Skip to main content

Plagiarism- How to avoid: Writing paraphrases or summaries

tips for avoiding plagiarism
(content is from Best Practices for Research and Drafting section in Purdue University's Avoiding Plagiarism guide)

TurnItIn

Turnitin is software that the university subscribes to that detects potential plagiarism. It  will generate a “similarity” score that indicates the percentage of the student’s paper that matches the vast content in Turnitin’s database. Your professor can add a dropbox in Pilot for this tool so that you can use it.

More resources

Writing paraphrases or summaries

  • Use a statement that credits the source somewhere in the paraphrase or summary, e.g., According to Jonathan Kozol, ...).

  • If you're having trouble summarizing, try writing your paraphrase or summary of a text without looking at the original, relying only on your memory and notes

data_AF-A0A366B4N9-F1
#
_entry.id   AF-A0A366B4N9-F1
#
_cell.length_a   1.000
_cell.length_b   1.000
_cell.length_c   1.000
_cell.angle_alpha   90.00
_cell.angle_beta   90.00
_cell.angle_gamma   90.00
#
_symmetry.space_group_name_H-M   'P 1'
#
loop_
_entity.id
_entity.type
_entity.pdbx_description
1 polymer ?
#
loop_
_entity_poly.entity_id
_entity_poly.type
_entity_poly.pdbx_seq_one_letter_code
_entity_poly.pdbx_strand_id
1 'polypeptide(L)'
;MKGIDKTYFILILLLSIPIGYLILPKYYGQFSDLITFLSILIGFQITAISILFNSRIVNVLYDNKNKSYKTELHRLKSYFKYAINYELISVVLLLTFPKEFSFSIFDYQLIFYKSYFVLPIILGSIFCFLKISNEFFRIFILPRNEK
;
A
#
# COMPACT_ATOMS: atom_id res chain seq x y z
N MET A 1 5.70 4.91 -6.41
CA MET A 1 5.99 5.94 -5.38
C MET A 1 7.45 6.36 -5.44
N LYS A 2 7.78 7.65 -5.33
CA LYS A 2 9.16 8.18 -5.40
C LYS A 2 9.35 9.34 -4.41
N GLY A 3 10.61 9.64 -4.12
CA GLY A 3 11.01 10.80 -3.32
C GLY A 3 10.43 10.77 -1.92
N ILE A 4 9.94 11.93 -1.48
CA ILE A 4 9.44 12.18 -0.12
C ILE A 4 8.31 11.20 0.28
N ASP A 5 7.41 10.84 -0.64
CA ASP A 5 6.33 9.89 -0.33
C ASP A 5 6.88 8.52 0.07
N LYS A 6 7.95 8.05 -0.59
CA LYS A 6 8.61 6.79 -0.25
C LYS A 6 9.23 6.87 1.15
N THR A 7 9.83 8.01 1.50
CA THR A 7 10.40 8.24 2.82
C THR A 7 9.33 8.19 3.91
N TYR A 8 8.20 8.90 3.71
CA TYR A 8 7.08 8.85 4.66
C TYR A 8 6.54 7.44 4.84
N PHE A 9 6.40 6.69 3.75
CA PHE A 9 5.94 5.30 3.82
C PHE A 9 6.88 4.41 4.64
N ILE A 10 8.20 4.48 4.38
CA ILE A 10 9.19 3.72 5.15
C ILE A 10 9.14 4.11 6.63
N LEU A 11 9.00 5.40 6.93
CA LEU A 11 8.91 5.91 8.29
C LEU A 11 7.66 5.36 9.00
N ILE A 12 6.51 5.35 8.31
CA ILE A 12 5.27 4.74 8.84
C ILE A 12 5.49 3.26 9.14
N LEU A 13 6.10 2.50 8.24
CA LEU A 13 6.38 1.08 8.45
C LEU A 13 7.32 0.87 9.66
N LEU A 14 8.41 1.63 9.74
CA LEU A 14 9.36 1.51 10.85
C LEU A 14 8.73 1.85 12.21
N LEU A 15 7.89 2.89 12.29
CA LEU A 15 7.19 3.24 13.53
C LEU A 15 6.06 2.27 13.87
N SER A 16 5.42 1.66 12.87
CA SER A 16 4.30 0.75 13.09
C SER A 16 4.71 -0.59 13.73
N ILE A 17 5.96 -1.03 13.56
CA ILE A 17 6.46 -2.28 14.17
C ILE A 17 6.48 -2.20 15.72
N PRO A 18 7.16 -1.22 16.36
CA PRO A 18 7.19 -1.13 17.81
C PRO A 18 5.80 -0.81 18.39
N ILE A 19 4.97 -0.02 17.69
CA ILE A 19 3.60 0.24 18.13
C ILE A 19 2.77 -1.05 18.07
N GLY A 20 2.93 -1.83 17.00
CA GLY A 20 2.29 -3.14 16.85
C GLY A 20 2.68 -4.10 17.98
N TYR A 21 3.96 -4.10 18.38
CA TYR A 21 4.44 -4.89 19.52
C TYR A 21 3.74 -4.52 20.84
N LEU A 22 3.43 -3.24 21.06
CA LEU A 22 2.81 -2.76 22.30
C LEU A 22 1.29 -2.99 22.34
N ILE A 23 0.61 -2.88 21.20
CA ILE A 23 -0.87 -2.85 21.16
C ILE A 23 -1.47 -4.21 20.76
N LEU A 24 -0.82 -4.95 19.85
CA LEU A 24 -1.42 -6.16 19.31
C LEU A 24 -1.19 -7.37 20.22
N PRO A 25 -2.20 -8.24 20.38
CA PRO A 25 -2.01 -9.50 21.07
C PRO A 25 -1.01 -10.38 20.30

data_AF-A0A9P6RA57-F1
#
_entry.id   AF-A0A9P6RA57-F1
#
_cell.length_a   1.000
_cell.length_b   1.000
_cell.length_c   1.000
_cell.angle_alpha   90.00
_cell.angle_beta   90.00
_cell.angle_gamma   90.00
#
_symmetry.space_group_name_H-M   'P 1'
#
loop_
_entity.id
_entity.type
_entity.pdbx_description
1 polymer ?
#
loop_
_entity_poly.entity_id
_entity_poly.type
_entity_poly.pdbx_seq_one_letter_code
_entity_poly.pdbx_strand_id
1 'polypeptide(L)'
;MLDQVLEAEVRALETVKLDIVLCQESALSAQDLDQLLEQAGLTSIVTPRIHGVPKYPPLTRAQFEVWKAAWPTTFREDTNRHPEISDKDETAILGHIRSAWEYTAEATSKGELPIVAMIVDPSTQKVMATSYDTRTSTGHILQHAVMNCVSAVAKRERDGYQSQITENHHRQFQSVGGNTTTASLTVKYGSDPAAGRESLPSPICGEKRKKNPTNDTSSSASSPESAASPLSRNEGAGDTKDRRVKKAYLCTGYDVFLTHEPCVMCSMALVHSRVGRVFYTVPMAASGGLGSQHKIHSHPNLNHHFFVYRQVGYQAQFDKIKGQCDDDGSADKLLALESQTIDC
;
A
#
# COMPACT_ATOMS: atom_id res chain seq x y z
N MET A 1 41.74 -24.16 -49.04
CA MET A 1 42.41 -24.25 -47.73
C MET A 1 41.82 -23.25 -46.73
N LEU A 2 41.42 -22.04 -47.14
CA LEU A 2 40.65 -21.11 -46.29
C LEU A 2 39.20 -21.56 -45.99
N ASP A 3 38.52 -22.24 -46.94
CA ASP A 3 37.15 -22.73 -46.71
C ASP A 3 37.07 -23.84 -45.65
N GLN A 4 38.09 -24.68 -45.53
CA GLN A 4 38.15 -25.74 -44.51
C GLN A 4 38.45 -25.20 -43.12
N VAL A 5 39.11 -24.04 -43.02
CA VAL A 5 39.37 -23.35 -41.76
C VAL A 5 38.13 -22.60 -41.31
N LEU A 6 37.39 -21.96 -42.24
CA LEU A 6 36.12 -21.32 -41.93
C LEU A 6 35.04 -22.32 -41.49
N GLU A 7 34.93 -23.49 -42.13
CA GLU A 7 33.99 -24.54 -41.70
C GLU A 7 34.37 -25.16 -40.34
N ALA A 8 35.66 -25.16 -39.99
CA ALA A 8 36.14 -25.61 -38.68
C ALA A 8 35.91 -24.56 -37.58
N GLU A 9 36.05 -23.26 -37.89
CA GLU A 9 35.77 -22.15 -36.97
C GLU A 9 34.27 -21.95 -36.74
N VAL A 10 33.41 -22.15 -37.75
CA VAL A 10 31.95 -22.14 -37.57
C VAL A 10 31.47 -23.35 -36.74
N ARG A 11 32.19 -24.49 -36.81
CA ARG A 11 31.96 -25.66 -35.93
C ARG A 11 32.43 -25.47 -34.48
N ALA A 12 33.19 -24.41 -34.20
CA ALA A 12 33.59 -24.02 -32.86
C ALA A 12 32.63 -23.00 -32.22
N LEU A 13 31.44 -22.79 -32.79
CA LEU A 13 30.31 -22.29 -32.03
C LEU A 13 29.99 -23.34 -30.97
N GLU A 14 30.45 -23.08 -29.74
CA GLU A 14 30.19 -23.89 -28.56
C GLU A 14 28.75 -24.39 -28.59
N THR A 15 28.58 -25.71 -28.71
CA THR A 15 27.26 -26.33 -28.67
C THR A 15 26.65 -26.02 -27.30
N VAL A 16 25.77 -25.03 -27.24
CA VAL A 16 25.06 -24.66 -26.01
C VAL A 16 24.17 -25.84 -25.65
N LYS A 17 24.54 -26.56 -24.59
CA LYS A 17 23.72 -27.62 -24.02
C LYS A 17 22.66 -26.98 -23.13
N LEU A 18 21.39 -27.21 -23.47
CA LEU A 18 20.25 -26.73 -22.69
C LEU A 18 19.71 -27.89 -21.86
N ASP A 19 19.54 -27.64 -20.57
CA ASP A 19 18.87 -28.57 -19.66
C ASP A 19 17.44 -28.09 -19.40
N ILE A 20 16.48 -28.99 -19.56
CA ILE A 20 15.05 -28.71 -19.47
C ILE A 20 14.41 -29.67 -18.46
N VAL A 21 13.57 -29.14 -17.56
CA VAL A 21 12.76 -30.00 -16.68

• Check your paraphrase or summary against the original text; correct any errors in content accuracy, and be sure to use quotation marks to set off any exact phrases from the original text

  • Check your paraphrase or summary against sentence and paragraph structure, as copying those is also considered plagiarism.

  • Put quotation marks around any unique words or phrases that you cannot or do not want to change: e.g., "savage inequalities" exist throughout our educational system (Kozol).

Works Cited

Kozol, Jonathan. Savage Inequalities: Children in America's Schools. New York: Crown Publishers, Inc., 1992. Print.

Questions?
Ask your librarian!

Ask a Librarian

JavaScript disabled or chat unavailable.